The term privatization has been applied to three different methods of increasing the activity of the private sector in providing public services: 1) private sector choice, financing, and production of a service;2) public-sector choice and financing with private sector production of the service selected; 3) and deregulation of private firms providing services. In the first case, the entire responsibility for a service is transferred from the public sector to the private sector, and individual consumers select and purchase the amount of services they desire from private providers. For example, solid-waste collection is provided by private firms in some communities. The third form of privatization means that government reduces or eliminates the regulatory restrictions imposed on private firms providing specific services.

The second version of privatization refers to joint activity of the public and private sectors in providing services. In this case, consumers select and pay for the quantity and type of service desired through government, which then contracts with private firms to produce the desired amount and category of service. Although the government provides for the service, a private firm carries out the actual execution of it. The government determines the service level and pays the amount specified in the contract, but leaves decisions about production decisions to the private firm.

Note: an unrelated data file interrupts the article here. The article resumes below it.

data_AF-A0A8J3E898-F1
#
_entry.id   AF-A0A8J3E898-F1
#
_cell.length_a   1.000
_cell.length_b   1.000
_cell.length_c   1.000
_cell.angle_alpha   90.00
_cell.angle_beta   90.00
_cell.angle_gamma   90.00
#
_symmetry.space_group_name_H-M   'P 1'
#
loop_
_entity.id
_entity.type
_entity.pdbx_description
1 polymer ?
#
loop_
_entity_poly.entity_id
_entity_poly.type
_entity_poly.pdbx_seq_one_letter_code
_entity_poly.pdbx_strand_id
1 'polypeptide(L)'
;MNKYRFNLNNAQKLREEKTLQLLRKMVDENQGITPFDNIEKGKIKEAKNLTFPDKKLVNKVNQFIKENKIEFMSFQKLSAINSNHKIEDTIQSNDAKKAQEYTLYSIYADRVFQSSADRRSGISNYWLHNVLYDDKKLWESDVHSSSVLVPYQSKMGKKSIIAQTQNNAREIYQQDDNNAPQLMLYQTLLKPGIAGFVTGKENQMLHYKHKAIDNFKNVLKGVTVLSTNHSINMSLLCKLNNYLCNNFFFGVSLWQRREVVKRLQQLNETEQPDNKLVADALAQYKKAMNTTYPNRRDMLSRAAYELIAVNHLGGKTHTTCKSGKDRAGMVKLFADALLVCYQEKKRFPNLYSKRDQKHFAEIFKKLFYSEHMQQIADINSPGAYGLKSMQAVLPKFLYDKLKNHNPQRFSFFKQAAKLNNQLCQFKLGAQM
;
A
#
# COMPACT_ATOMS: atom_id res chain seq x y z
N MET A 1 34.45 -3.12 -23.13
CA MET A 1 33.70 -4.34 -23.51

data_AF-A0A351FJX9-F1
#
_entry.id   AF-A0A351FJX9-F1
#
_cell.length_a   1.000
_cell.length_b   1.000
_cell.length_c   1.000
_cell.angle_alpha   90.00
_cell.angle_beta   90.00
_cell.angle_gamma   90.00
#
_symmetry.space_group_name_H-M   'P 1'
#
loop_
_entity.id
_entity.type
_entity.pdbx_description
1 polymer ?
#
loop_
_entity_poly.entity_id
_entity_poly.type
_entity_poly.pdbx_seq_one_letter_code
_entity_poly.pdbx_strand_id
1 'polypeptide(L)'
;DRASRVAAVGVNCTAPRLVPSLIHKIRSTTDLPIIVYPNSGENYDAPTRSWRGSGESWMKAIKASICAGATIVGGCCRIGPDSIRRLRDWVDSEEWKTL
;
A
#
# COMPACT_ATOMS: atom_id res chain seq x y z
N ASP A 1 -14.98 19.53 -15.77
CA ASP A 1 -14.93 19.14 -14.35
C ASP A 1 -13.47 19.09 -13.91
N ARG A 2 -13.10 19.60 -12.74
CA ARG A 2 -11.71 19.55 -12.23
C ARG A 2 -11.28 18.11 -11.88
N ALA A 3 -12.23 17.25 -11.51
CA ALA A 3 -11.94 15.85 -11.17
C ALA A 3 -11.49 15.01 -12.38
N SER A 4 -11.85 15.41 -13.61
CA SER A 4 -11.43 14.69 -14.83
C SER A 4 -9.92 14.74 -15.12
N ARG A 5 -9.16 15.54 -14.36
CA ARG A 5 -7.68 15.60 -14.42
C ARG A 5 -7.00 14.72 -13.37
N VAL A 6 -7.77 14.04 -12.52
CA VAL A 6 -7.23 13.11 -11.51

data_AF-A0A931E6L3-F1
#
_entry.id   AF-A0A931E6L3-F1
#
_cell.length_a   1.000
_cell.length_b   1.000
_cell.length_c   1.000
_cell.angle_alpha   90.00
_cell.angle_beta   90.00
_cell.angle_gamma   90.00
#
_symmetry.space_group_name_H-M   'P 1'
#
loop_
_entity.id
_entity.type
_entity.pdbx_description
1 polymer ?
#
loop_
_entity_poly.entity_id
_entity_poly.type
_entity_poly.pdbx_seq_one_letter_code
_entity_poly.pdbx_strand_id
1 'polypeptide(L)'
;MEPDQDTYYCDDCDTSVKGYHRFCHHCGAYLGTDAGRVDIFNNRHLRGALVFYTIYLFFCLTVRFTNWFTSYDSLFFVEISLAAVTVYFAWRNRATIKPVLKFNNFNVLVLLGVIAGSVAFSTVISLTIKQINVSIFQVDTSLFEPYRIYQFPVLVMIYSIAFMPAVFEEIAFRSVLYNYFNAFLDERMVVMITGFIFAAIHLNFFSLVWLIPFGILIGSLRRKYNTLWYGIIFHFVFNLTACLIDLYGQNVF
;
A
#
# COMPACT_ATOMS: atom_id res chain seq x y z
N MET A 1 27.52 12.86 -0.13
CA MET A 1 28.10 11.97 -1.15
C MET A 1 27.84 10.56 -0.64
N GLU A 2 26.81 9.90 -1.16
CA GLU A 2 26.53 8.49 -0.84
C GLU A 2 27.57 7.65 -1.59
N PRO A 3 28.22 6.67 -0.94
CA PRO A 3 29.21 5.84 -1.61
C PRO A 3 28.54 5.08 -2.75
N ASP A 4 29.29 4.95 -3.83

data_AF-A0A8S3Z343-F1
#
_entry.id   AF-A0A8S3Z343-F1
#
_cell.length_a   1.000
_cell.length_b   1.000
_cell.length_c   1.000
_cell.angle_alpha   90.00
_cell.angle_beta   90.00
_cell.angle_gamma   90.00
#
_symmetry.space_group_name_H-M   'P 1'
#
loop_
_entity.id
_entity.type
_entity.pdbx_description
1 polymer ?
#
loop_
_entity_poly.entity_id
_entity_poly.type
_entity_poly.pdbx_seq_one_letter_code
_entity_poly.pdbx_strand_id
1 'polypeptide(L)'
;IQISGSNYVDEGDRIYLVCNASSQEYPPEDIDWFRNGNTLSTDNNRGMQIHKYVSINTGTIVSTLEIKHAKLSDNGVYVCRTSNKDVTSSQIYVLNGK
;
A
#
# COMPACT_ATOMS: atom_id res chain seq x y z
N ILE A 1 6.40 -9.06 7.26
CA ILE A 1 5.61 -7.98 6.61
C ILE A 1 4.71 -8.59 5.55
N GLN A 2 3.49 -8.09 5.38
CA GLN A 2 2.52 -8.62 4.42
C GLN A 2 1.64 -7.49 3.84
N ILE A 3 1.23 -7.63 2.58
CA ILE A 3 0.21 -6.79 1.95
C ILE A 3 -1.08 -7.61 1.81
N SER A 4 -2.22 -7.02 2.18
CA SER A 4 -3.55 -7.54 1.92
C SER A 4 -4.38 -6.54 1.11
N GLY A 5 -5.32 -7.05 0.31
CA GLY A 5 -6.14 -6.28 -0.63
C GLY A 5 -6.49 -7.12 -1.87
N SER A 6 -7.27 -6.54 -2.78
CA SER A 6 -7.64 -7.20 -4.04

The merits and drawbacks of privatization have been subjects of considerable debate among business-people, city leaders, and public employees alike. Indeed, each element of privatization—from its apparent cost-saving properties to its possible negative impact on minority workers—provokes strong reaction. About the only thing that everyone can agree on is that the trend has been enormously beneficial to owners of small- and mid-sized businesses. Following are some privatization issues that communities, public providers, and private providers all need to consider:


Proponents of privatization argue that whereas government producers have no incentive to hold down production costs, private producers who contract with the government to provide the service have more at stake, thus encouraging them to perform at a higher level for lower cost. The lower the cost incurred by the firm in satisfying the contract, the greater profit it makes. On the other hand, the absence of competition and profit incentives in the public sector is not likely to result in cost minimization. Of course, small- and mid-sized companies also need to make sure that they do not sacrifice an acceptable profit margin in their zeal to secure a contract.